27 Sep 2017

NZ scientists aim to breed 'super' berry

8:26 am on 27 September 2017

Scientists are investigating the potential for a new commercial crop of a "super" hybrid blueberry.

Plant and Food Research is trying to breed a hybrid superfruit that combines the taste and growing characteristics of blueberries with the colourful flesh of bilberries.

Scientists hope the new berry will have the flesh of a bilberry and the skin of a blueberry. Photo: Supplied / Plant & Food Research Ltd

Plant & Food Research is trying to breed a fruit that combines the taste and growing characteristics of blueberries with the colourful flesh of bilberries.

Bilberries are a small berry from Northern Europe with dark blue-red flesh, but with a thin skin they're too delicate to grow commercially because the fruit is easily damaged in transit.

No caption

The bilberry has dark red-blue flesh. Photo: Supplied

Plant & Food Research scientist Richard Espley said a hybrid of the two berries could result in a very valuable crop for New Zealand because most fruit, including blueberries, held all their nutrients in the skin.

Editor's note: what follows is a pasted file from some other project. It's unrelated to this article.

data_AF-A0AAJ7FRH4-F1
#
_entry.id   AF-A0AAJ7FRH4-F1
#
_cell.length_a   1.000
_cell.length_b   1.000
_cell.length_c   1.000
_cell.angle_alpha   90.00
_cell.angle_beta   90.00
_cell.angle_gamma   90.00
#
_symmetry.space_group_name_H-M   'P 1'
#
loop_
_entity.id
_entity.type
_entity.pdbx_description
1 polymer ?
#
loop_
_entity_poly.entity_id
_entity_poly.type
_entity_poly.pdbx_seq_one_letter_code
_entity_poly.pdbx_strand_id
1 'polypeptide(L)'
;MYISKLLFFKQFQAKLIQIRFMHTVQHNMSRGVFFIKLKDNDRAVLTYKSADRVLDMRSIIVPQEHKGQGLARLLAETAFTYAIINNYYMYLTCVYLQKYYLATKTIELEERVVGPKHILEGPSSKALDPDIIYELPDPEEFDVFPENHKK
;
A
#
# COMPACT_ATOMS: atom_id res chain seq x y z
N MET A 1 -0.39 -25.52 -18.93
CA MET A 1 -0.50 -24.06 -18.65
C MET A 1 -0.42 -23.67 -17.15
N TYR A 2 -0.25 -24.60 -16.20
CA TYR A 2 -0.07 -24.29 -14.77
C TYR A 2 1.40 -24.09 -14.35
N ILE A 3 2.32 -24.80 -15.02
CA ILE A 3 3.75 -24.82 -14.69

"If you've noticed, when you bite into a blueberry, only the skin is coloured - inside the flesh is white.

"That skin colour is associated with a number of positive phytochemicals that are good in our diet.

"With bilberry, it's coloured all the way through, and it's got all these phytochemicals that are not just found in the skin but also throughout the whole flesh... it gives you a real high dose of these nutritional compounds."

The bilberry doesn't work well as a horticultural crop because of its fairly low yield and delicate berries, but Mr Espley said if it was bred with the robust characteristics of a blueberry the result could be a winner.

No caption

Richard Espley Photo: Supplied

"We want this new super berry to have all the qualities of a blueberry but with this coloured flesh and all the health benefits of a bilberry."

"We hope to create a completely new berry and I think there will be a big premium associated with that; it fits well with New Zealand in creating the very best products. This is a whole new category."

The $5 million five-year Plant & Food Research-led programme is supported through the government's Endeavour Fund.

As part of the project, scientists are also looking at the genetic pathways that control flesh colour in fruits, which they say would allow breeders to develop better cultivars faster, as seedlings could be screened in at an early stage of a hybrid breeding programme.

Get the new RNZ app

for ad-free news and current affairs